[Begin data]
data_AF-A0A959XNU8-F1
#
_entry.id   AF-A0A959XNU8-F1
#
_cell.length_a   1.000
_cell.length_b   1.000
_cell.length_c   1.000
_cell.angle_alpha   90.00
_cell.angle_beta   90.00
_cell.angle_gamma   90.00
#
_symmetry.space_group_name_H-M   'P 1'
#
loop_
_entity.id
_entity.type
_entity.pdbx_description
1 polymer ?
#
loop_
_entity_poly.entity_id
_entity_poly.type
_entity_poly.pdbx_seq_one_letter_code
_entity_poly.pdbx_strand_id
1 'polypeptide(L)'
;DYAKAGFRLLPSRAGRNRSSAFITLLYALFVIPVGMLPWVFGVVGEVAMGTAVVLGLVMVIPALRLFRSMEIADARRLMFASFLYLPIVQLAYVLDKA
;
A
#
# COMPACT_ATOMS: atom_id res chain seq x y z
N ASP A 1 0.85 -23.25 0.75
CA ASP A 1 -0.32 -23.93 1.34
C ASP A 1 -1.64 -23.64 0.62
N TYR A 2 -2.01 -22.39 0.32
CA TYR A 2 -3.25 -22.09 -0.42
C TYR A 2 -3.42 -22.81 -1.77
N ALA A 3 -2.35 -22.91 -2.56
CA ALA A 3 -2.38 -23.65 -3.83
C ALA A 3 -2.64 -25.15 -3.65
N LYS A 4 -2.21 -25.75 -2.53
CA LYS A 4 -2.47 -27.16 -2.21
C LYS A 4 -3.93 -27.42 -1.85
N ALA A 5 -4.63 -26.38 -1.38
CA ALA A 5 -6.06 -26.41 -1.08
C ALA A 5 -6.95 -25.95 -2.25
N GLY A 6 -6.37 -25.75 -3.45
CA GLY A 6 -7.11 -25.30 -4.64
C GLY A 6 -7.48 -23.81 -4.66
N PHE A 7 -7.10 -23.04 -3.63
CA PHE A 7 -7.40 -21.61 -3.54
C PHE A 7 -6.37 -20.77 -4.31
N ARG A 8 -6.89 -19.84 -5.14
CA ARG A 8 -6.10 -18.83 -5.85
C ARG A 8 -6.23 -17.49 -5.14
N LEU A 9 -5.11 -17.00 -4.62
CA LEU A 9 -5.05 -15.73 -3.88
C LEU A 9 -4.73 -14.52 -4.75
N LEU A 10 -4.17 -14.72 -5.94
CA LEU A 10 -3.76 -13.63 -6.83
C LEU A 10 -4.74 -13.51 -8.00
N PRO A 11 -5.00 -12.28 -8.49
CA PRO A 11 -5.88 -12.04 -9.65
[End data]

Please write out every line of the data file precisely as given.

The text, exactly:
data_AF-A0A959XNU8-F1
#
_entry.id   AF-A0A959XNU8-F1
#
_cell.length_a   1.000
_cell.length_b   1.000
_cell.length_c   1.000
_cell.angle_alpha   90.00
_cell.angle_beta   90.00
_cell.angle_gamma   90.00
#
_symmetry.space_group_name_H-M   'P 1'
#
loop_
_entity.id
_entity.type
_entity.pdbx_description
1 polymer ?
#
loop_
_entity_poly.entity_id
_entity_poly.type
_entity_poly.pdbx_seq_one_letter_code
_entity_poly.pdbx_strand_id
1 'polypeptide(L)'
;DYAKAGFRLLPSRAGRNRSSAFITLLYALFVIPVGMLPWVFGVVGEVAMGTAVVLGLVMVIPALRLFRSMEIADARRLMFASFLYLPIVQLAYVLDKA
;
A
#
# COMPACT_ATOMS: atom_id res chain seq x y z
N ASP A 1 0.85 -23.25 0.75
CA ASP A 1 -0.32 -23.93 1.34
C ASP A 1 -1.64 -23.64 0.62
N TYR A 2 -2.01 -22.39 0.32
CA TYR A 2 -3.25 -22.09 -0.42
C TYR A 2 -3.42 -22.81 -1.77
N ALA A 3 -2.35 -22.91 -2.56
CA ALA A 3 -2.38 -23.65 -3.83
C ALA A 3 -2.64 -25.15 -3.65
N LYS A 4 -2.21 -25.75 -2.53
CA LYS A 4 -2.47 -27.16 -2.21
C LYS A 4 -3.93 -27.42 -1.85
N ALA A 5 -4.63 -26.38 -1.38
CA ALA A 5 -6.06 -26.41 -1.08
C ALA A 5 -6.95 -25.95 -2.25
N GLY A 6 -6.37 -25.75 -3.45
CA GLY A 6 -7.11 -25.30 -4.64
C GLY A 6 -7.48 -23.81 -4.66
N PHE A 7 -7.10 -23.04 -3.63
CA PHE A 7 -7.40 -21.61 -3.54
C PHE A 7 -6.37 -20.77 -4.31
N ARG A 8 -6.89 -19.84 -5.14
CA ARG A 8 -6.10 -18.83 -5.85
C ARG A 8 -6.23 -17.49 -5.14
N LEU A 9 -5.11 -17.00 -4.62
CA LEU A 9 -5.05 -15.73 -3.88
C LEU A 9 -4.73 -14.52 -4.75
N LEU A 10 -4.17 -14.72 -5.94
CA LEU A 10 -3.76 -13.63 -6.83
C LEU A 10 -4.74 -13.51 -8.00
N PRO A 11 -5.00 -12.28 -8.49
CA PRO A 11 -5.88 -12.04 -9.65